Telcos wary of network-based VPNs and VOIP

Telcos wary of network-based VPNs and VOIP

Corporate telecom executives are still leery of network-based VPNs and VOIP, according to a report released by investment firm Sanford C. Bernstein & Co.

Corporate telecom executives are still leery of network-based VPNs and VOIP, according to a report released by investment firm Sanford C. Bernstein & Co. Holding them back are concerns about reliability, security and the ability of the technologies to pay for themselves over time, the study says.

The annual look at corporate attitudes about telecom technologies consisted of interviews with 27 Fortune 500 telecom executives who decide what services to buy, according to one of the study's authors, Jeffrey Halpern, a vice president and senior analyst for Sanford C. Bernstein & Co.

The firm believes corporate executives who make telecom decisions are generally cautious, but still believe that ultimately IP VPNs and IP voice services will dominate. However, at this point these executives still have reservations, which may be based on perception rather than fact. One example: many respondents said they felt IP services were only a best-effort when in fact QoS guarantees are available from cariers.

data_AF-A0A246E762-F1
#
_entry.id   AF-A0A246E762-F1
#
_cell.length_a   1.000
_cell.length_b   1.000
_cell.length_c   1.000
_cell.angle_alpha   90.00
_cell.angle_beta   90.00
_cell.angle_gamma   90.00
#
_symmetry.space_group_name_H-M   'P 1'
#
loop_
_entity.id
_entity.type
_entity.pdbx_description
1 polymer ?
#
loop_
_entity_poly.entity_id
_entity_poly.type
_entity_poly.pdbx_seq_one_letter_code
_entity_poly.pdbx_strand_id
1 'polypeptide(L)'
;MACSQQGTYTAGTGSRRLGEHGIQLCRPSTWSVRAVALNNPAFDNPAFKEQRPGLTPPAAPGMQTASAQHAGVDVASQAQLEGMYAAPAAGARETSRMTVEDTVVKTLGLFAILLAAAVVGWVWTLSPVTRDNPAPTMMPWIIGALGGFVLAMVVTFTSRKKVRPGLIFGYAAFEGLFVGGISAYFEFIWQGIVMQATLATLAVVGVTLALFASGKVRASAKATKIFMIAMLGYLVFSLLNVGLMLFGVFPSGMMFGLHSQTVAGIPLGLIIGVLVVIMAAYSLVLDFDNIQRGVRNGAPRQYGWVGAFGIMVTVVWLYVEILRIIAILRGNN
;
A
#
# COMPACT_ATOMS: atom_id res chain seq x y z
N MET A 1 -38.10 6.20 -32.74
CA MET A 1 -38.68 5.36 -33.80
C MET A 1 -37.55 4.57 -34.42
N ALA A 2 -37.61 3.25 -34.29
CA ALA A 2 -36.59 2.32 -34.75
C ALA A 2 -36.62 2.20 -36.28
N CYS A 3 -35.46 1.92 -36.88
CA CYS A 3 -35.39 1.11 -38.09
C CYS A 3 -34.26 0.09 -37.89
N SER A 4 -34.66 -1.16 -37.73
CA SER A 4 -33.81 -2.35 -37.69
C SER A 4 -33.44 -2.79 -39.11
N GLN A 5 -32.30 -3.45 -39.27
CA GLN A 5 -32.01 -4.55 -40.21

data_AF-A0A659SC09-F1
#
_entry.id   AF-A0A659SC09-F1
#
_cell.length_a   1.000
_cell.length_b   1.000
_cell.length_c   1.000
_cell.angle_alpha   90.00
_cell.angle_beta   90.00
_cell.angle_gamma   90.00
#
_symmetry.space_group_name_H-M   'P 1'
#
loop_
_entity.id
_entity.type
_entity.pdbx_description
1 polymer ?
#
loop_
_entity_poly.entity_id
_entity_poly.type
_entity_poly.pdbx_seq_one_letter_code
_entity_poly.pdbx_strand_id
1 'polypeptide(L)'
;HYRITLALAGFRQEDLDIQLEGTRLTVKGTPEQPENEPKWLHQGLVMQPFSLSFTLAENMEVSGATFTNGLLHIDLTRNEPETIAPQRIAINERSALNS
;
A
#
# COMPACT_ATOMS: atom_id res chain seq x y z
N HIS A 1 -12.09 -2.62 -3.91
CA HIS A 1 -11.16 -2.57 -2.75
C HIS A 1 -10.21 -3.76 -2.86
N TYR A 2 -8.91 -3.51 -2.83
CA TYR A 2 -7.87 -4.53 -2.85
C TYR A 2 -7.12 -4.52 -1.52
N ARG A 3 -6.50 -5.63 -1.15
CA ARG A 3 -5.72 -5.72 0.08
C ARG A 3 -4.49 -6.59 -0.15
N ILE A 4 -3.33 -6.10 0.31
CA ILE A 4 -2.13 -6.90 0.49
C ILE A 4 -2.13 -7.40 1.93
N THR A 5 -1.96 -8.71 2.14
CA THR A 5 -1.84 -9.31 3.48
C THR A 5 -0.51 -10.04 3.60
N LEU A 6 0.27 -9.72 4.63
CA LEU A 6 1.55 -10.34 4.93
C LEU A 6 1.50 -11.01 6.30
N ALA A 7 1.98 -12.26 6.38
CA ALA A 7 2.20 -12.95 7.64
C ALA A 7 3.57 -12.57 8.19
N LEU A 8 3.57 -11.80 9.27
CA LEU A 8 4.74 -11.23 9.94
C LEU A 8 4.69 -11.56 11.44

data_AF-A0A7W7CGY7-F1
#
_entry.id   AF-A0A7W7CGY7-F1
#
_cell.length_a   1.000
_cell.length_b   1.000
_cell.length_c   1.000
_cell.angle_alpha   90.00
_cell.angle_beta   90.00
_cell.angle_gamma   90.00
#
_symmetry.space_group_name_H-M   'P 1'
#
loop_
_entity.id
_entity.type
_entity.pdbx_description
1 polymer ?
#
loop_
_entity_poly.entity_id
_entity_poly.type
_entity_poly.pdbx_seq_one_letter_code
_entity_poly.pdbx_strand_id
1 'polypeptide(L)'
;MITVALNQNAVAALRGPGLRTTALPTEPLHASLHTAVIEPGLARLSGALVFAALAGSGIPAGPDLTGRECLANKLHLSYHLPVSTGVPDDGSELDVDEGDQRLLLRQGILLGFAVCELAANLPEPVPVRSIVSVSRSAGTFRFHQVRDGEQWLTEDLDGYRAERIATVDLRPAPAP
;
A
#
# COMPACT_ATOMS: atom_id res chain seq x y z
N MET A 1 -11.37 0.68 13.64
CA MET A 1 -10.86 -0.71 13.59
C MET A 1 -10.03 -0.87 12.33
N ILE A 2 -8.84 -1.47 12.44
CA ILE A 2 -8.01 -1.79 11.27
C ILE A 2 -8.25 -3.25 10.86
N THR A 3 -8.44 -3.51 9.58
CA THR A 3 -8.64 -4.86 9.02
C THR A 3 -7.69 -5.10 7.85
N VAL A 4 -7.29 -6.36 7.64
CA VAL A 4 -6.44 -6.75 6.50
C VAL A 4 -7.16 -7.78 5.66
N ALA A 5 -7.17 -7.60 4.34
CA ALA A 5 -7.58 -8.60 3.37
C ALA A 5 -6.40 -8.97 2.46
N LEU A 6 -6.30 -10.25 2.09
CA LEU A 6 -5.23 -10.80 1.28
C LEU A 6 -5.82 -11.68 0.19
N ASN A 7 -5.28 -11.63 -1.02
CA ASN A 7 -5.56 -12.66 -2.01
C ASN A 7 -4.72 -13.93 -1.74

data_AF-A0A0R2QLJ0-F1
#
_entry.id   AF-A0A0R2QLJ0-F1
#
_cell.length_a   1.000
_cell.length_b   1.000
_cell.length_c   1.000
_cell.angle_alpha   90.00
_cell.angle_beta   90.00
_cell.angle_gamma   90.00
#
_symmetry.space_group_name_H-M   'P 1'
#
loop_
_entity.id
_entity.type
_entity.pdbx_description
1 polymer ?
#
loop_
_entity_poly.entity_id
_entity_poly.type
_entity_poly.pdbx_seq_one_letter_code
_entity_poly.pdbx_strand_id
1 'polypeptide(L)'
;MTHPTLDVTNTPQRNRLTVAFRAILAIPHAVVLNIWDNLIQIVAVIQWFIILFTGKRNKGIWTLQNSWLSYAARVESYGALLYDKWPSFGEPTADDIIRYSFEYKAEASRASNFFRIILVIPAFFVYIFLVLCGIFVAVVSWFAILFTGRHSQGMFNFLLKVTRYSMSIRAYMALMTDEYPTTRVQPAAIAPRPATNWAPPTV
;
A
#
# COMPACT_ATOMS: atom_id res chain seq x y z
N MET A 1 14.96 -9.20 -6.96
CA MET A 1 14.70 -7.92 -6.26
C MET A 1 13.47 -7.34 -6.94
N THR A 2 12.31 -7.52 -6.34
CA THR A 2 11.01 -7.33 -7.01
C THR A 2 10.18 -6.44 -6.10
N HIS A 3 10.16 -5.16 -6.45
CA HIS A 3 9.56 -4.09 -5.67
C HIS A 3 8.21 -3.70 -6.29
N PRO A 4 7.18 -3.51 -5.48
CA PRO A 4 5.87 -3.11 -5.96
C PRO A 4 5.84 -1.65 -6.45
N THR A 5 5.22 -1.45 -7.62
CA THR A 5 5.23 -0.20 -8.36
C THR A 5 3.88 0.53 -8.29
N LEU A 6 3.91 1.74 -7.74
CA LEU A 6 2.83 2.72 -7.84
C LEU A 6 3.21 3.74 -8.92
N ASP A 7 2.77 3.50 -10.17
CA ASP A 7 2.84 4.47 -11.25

"Even when the corporate IT department was completely convinced of VOIP's technology readiness, they faced the additional [challenge] of 'socializing' the technology to the rest of the company," the study says.

Interest in VOIP is extremely high, with 89 percent of those responding said they were either deploying or testing VOIP. None said they were relying solely on VOIP yet, the report says.

Cost savings, particularly administrative costs, and added call features are the big draw for VOIP. "In addition, there is an expected intangible benefit from the eventual convergence of all voice and data networks onto a common IP platform, further facilitating overall network management," according to the report.

IP VPN services are more widely used among the big corporations interviewed, with fully meshed connenctoins being a major attraction. "The flexibility of any-to-any connectivity enables more effective communications between multiple sites, allowing enterprisese to implement real-time processes that coordinate the activities across different parts of the company," the study says.

Price is still a major factor in deciding what services to buy. For example, if an IP service costs 15 percent less than a traditional service, but the price of traditional services are expected to drop 5 percent per year, then the buyer might stick with the old service, the study says. "In the case of VOIP, this effect is exacerbated by the fact that traditional PBXs are also becoming increasingly automated, raising the hurdle for savings in administrative costs from going to VOIP," according to the report. -- Network World (US online)

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